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Displaying posts with tag: innodb_stats_auto_recalc (reset)
On InnoDB's Persistent Optimizer Statistics

As I put it in recent Facebook post, one of MySQL features that I truly hate is InnoDB's persistent statistics. I think I should clarify this statement. It's great to have a way to save statistics in between server restarts, to have better control on the way it is estimated (even on a per table basis), set it explicitly, check it with simple SELECT. These all are great additions since MySQL 5.6.2+ that I truly appreciate (even if I may not be happy with some implementation details). They helped to make plans for queries against InnoDB more predictable and allow (with some efforts applied) MySQL query optimizer to really work as "optimizer" instead of "randomizer" or "pessimizer" (as some people called it) for InnoDB tables.

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Recalculating InnoDB Persistent Statistics - a Story of the Bug Report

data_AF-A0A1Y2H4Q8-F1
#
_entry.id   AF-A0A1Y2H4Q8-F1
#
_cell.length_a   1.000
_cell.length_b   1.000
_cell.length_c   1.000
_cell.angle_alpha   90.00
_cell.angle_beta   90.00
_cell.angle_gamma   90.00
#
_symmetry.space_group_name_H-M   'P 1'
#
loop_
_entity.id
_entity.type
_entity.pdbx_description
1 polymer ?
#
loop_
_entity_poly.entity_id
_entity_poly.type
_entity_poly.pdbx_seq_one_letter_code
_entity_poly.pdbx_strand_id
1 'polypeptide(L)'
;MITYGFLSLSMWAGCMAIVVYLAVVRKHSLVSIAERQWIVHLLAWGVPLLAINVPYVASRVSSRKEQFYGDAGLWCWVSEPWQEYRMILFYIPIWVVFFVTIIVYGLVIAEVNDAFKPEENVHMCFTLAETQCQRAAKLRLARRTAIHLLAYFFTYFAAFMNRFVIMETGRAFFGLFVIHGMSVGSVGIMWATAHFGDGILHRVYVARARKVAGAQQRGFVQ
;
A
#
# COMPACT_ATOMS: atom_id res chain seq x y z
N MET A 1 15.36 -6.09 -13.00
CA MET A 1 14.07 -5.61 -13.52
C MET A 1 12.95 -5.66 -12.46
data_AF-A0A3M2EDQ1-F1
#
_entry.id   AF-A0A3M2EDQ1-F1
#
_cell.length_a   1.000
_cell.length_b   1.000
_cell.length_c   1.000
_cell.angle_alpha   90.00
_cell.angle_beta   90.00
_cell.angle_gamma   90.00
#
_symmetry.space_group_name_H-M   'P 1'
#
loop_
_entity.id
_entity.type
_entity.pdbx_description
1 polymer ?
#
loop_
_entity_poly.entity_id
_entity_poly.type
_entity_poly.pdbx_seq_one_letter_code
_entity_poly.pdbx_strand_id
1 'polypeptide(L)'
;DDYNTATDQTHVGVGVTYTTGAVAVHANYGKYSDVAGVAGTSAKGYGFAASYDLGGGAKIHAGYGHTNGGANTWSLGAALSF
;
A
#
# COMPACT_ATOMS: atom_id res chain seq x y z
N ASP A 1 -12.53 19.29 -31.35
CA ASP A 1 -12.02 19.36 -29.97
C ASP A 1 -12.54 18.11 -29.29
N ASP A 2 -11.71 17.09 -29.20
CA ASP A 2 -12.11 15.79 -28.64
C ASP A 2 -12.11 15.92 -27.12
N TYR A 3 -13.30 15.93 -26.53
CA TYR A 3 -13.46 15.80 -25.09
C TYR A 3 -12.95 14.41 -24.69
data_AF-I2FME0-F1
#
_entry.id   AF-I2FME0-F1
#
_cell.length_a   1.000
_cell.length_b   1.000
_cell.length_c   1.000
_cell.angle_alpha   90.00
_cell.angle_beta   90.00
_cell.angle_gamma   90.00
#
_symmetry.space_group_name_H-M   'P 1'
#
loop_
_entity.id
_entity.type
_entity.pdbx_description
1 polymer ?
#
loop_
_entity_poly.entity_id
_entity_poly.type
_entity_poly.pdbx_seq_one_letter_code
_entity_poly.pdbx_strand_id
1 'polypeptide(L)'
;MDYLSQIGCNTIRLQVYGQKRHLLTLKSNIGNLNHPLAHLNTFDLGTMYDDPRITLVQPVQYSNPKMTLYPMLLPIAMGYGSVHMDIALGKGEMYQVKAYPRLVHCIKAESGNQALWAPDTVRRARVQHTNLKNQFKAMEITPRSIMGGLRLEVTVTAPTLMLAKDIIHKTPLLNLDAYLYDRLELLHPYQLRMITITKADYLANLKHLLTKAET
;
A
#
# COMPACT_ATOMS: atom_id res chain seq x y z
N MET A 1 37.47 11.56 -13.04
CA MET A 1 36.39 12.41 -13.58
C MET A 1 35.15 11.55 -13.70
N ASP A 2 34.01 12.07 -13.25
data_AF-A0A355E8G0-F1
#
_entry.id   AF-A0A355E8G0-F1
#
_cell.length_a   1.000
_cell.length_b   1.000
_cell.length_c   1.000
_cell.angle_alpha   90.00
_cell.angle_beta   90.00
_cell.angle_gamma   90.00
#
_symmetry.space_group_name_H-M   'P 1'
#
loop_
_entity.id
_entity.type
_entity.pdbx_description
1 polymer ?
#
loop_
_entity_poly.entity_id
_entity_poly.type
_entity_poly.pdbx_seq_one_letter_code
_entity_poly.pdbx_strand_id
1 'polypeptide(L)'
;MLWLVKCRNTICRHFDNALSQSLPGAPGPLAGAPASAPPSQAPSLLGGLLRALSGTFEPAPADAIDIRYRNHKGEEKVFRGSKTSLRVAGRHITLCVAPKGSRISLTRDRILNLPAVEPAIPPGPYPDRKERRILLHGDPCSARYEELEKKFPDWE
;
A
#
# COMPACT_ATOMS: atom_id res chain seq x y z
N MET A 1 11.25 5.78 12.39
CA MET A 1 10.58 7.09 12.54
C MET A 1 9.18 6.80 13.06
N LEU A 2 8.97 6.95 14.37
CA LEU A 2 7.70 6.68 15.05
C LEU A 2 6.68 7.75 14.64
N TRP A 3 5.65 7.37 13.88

One of the first posts in this blog was about reporting MySQL bugs "properly", in a way that maximizes chances for it to be processed really soon. I had written the following there:
"Ideally, you should provide a complete test case and/or instructions that any reader can use to reproduce your problem"Indeed, if one can just copy/paste something to mysql command line client or run some file attached to see the problem, chances are high for the bug to be processed really soon. We all like to get low hanging fruits from time to time, and Oracle engineers who work on bugs are not exceptions. But does this mean that bug without clear test case has no value and is going to be ignored?

It should NOT be the case. Let's review Bug #70617 reported by my …

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